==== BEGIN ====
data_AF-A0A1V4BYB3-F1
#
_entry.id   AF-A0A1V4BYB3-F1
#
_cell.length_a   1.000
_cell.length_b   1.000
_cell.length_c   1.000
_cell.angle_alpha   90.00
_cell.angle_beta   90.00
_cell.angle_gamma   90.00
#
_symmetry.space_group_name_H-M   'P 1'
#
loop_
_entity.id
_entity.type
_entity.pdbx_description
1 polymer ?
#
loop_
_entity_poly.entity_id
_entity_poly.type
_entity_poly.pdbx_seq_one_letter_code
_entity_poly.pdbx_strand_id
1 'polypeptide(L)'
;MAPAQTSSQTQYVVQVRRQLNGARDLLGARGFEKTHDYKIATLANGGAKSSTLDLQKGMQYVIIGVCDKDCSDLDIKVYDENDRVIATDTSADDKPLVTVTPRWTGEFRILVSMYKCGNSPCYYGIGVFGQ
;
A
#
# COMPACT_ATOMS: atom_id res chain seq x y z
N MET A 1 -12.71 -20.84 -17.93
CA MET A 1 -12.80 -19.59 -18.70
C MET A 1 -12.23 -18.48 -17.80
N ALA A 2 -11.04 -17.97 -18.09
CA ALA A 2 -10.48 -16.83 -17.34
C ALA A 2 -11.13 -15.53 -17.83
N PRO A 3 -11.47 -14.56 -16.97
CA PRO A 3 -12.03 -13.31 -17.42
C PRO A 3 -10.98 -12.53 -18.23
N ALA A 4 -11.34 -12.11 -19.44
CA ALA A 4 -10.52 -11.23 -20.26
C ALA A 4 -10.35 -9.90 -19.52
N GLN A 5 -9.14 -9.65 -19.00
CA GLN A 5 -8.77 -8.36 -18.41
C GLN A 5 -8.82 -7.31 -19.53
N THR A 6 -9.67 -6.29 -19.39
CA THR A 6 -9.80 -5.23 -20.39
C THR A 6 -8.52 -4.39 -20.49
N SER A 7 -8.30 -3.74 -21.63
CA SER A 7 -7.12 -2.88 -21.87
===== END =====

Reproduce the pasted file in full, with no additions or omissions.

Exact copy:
data_AF-A0A1V4BYB3-F1
#
_entry.id   AF-A0A1V4BYB3-F1
#
_cell.length_a   1.000
_cell.length_b   1.000
_cell.length_c   1.000
_cell.angle_alpha   90.00
_cell.angle_beta   90.00
_cell.angle_gamma   90.00
#
_symmetry.space_group_name_H-M   'P 1'
#
loop_
_entity.id
_entity.type
_entity.pdbx_description
1 polymer ?
#
loop_
_entity_poly.entity_id
_entity_poly.type
_entity_poly.pdbx_seq_one_letter_code
_entity_poly.pdbx_strand_id
1 'polypeptide(L)'
;MAPAQTSSQTQYVVQVRRQLNGARDLLGARGFEKTHDYKIATLANGGAKSSTLDLQKGMQYVIIGVCDKDCSDLDIKVYDENDRVIATDTSADDKPLVTVTPRWTGEFRILVSMYKCGNSPCYYGIGVFGQ
;
A
#
# COMPACT_ATOMS: atom_id res chain seq x y z
N MET A 1 -12.71 -20.84 -17.93
CA MET A 1 -12.80 -19.59 -18.70
C MET A 1 -12.23 -18.48 -17.80
N ALA A 2 -11.04 -17.97 -18.09
CA ALA A 2 -10.48 -16.83 -17.34
C ALA A 2 -11.13 -15.53 -17.83
N PRO A 3 -11.47 -14.56 -16.97
CA PRO A 3 -12.03 -13.31 -17.42
C PRO A 3 -10.98 -12.53 -18.23
N ALA A 4 -11.34 -12.11 -19.44
CA ALA A 4 -10.52 -11.23 -20.26
C ALA A 4 -10.35 -9.90 -19.52
N GLN A 5 -9.14 -9.65 -19.00
CA GLN A 5 -8.77 -8.36 -18.41
C GLN A 5 -8.82 -7.31 -19.53
N THR A 6 -9.67 -6.29 -19.39
CA THR A 6 -9.80 -5.23 -20.39
C THR A 6 -8.52 -4.39 -20.49
N SER A 7 -8.30 -3.74 -21.63
CA SER A 7 -7.12 -2.88 -21.87